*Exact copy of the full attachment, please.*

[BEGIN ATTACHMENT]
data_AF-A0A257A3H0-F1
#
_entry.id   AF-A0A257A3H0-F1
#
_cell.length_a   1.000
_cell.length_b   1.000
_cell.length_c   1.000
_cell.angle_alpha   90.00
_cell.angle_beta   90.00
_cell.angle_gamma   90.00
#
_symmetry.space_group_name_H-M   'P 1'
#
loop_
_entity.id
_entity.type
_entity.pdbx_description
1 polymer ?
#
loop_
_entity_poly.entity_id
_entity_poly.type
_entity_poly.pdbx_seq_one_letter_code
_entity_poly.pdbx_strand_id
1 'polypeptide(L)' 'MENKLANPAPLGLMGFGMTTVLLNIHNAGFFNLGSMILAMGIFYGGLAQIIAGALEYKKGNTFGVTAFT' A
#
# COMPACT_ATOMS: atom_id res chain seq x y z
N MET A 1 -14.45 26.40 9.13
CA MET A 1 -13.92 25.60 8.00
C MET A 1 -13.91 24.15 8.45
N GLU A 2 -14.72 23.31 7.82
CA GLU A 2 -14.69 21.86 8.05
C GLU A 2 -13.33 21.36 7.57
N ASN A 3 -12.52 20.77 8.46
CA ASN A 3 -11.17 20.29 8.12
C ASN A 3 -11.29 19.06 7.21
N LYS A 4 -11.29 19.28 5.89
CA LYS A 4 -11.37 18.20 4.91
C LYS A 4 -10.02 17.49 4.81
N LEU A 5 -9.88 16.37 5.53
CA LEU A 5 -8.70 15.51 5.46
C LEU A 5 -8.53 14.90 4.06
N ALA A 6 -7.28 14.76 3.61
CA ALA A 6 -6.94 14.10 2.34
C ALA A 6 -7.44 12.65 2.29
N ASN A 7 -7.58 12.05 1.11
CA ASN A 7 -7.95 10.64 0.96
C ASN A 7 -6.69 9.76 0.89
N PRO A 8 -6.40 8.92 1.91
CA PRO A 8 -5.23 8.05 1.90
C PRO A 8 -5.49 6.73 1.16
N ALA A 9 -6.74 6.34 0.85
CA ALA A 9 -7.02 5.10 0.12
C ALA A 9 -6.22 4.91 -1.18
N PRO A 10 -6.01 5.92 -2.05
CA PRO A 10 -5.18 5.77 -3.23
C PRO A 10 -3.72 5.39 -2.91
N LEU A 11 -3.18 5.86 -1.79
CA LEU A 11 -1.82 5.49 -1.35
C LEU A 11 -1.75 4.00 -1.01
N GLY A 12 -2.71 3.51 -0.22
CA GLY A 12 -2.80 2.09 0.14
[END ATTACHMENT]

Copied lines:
data_AF-A0A257A3H0-F1
#
_entry.id   AF-A0A257A3H0-F1
#
_cell.length_a   1.000
_cell.length_b   1.000
_cell.length_c   1.000
_cell.angle_alpha   90.00
_cell.angle_beta   90.00
_cell.angle_gamma   90.00
#
_symmetry.space_group_name_H-M   'P 1'
#
loop_
_entity.id
_entity.type
_entity.pdbx_description
1 polymer ?
#
loop_
_entity_poly.entity_id
_entity_poly.type
_entity_poly.pdbx_seq_one_letter_code
_entity_poly.pdbx_strand_id
1 'polypeptide(L)' 'MENKLANPAPLGLMGFGMTTVLLNIHNAGFFNLGSMILAMGIFYGGLAQIIAGALEYKKGNTFGVTAFT' A
#
# COMPACT_ATOMS: atom_id res chain seq x y z
N MET A 1 -14.45 26.40 9.13
CA MET A 1 -13.92 25.60 8.00
C MET A 1 -13.91 24.15 8.45
N GLU A 2 -14.72 23.31 7.82
CA GLU A 2 -14.69 21.86 8.05
C GLU A 2 -13.33 21.36 7.57
N ASN A 3 -12.52 20.77 8.46
CA ASN A 3 -11.17 20.29 8.12
C ASN A 3 -11.29 19.06 7.21
N LYS A 4 -11.29 19.28 5.89
CA LYS A 4 -11.37 18.20 4.91
C LYS A 4 -10.02 17.49 4.81
N LEU A 5 -9.88 16.37 5.53
CA LEU A 5 -8.70 15.51 5.46
C LEU A 5 -8.53 14.90 4.06
N ALA A 6 -7.28 14.76 3.61
CA ALA A 6 -6.94 14.10 2.34
C ALA A 6 -7.44 12.65 2.29
N ASN A 7 -7.58 12.05 1.11
CA ASN A 7 -7.95 10.64 0.96
C ASN A 7 -6.69 9.76 0.89
N PRO A 8 -6.40 8.92 1.91
CA PRO A 8 -5.23 8.05 1.90
C PRO A 8 -5.49 6.73 1.16
N ALA A 9 -6.74 6.34 0.85
CA ALA A 9 -7.02 5.10 0.12
C ALA A 9 -6.22 4.91 -1.18
N PRO A 10 -6.01 5.92 -2.05
CA PRO A 10 -5.18 5.77 -3.23
C PRO A 10 -3.72 5.39 -2.91
N LEU A 11 -3.18 5.86 -1.79
CA LEU A 11 -1.82 5.49 -1.35
C LEU A 11 -1.75 4.00 -1.01
N GLY A 12 -2.71 3.51 -0.22
CA GLY A 12 -2.80 2.09 0.14